Leaving a job correctly: A stepping stone to build your career

DSC02356

Leaving a job comes with growing your career. Yet, grace, class and professionalism transforms a potentially awkward, difficult monologue into a productive conversation.

I have always left jobs on a good note. My simple approach: speak with your manager face to face. Impersonal emails cement less than great memories of you at the end of your tenure. Thank them for everything they have done for you. Managers shape your career too and they appreciate hearing you describe their impact. Let them know that you enjoyed your time working there and describe how your next opportunity furthers your profession career. After giving notice, communicate and thank co-workers. Offer your personal email address and express your desire to stay in touch.

Beyond that polite procedure, keeps these points in mind:

First, never speak ill of a colleague or former employer. Other companies dislike that and word travels fast. Your professional world is small so work to talk exclusively about the things you liked about your former employers. Like my mother always said, “if you don’t have something nice to say, don’t say anything at all.”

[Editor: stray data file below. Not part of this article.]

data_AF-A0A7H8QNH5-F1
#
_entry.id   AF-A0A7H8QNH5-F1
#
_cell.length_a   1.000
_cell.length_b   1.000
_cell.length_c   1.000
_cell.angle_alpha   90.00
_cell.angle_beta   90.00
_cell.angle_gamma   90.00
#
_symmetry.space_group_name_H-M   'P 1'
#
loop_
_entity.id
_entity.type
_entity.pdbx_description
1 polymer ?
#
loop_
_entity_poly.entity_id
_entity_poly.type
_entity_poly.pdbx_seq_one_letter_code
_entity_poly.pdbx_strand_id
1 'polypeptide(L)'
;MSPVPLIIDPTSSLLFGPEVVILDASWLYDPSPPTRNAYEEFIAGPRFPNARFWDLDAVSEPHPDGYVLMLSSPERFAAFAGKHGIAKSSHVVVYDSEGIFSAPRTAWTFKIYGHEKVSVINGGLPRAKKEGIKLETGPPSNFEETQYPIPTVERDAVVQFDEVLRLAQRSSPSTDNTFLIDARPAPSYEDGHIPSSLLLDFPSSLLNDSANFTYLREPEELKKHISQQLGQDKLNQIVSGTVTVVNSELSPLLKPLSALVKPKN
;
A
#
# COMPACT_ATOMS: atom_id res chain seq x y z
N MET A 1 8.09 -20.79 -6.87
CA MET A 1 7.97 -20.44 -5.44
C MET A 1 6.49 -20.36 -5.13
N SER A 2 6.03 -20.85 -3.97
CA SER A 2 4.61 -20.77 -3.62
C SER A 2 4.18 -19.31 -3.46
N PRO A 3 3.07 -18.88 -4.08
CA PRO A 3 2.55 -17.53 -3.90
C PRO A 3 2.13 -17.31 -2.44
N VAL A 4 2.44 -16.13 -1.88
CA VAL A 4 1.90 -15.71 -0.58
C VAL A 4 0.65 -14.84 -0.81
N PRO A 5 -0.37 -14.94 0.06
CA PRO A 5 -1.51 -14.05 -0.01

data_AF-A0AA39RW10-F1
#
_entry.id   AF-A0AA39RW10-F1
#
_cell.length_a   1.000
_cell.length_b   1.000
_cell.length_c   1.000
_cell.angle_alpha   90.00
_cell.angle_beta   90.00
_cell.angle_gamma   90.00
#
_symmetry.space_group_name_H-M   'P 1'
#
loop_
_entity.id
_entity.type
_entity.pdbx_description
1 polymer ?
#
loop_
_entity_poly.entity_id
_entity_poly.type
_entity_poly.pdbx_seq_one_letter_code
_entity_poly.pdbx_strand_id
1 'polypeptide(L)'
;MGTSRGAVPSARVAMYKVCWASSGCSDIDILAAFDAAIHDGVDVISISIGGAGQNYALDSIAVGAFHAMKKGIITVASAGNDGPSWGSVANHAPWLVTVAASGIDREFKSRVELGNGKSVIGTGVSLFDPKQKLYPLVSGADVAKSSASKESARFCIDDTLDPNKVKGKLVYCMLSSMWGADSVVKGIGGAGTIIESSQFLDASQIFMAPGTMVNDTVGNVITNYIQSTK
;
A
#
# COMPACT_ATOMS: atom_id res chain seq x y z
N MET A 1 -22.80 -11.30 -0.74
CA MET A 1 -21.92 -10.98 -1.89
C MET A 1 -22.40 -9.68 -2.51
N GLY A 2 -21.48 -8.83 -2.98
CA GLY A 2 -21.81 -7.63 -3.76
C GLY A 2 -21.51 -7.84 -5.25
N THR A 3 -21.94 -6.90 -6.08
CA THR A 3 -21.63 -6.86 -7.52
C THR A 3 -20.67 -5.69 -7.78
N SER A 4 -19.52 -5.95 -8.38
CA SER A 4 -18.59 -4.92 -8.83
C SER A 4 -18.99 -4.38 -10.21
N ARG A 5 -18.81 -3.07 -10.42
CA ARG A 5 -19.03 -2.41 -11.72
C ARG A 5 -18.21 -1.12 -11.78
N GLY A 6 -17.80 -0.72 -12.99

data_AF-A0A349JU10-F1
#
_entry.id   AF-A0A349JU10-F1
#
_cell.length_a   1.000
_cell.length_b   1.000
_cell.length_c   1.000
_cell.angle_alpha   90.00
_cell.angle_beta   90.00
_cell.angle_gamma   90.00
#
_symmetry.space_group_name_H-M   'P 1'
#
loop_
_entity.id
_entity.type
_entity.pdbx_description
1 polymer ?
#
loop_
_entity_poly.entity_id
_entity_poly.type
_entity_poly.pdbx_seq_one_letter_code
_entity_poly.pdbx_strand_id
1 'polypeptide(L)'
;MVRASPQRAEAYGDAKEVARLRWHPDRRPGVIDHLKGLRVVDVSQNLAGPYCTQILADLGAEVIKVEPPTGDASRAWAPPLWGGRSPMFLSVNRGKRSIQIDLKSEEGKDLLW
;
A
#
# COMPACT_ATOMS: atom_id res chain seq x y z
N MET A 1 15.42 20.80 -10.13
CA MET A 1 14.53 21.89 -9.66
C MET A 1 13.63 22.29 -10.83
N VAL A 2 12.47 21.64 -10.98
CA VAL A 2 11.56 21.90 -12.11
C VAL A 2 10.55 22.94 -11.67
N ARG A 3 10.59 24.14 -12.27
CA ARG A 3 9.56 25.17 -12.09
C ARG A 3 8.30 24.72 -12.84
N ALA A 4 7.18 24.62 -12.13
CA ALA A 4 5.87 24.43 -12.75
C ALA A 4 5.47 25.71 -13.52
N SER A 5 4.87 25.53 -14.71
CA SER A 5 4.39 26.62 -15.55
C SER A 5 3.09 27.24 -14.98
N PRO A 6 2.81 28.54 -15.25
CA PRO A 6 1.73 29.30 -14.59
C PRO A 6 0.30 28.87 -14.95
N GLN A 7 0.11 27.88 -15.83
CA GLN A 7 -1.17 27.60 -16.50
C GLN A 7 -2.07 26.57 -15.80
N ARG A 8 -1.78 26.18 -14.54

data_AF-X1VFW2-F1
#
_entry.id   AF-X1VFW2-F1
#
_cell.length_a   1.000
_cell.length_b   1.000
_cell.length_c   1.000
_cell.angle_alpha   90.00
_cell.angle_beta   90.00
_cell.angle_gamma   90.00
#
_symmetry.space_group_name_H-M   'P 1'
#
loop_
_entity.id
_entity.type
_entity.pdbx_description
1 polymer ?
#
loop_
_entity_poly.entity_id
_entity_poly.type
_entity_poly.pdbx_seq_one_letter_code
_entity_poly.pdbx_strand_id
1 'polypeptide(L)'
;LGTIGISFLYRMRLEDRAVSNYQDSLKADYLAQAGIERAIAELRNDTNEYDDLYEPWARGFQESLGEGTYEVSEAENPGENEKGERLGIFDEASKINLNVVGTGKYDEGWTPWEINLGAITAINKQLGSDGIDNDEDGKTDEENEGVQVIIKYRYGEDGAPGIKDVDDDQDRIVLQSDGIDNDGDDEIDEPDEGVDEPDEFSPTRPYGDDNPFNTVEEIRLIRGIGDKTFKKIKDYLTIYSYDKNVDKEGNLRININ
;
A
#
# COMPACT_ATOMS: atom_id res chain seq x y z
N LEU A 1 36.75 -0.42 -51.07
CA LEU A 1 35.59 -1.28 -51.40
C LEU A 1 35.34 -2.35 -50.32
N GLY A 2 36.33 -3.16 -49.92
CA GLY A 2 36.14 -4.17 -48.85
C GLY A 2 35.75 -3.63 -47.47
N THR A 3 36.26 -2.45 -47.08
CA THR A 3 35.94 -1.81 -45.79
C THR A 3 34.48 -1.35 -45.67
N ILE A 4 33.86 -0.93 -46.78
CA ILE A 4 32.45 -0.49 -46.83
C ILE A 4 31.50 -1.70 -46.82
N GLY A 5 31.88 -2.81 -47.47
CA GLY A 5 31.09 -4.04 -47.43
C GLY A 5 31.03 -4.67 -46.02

Second, stay in touch with former co-workers emailing them every couple of months. Over the years, I have gotten numerous job offers, referrals, references, professional advice and industry knowledge from former co-workers. Cultivating and maintaining lasting relationships with co-workers pays off.

Last, if you are leaving a job in less than ideal circumstances, you still need to be professional.  This can be a tough situation if you dislike your manager.  A lot of the time you want to tell your manager what you think and why you want to leave.  That is ok to do as long as you do it respectfully and professionally.  Sit down with your manager and communicate your feedback and why you are leaving.  Most people will respect your opinion as long as you do it respectfully.

If you find yourself thinking about leaving your current role, give us a shout here and we may have a great role waiting for you.

Nick

Nick Hajjar is a technical recruiter at Marchon Partners.

Leave a Reply

Fill in your details below or click an icon to log in:

WordPress.com Logo

You are commenting using your WordPress.com account. Log Out / Change )

Twitter picture

You are commenting using your Twitter account. Log Out / Change )

Facebook photo

You are commenting using your Facebook account. Log Out / Change )

Google+ photo

You are commenting using your Google+ account. Log Out / Change )

Connecting to %s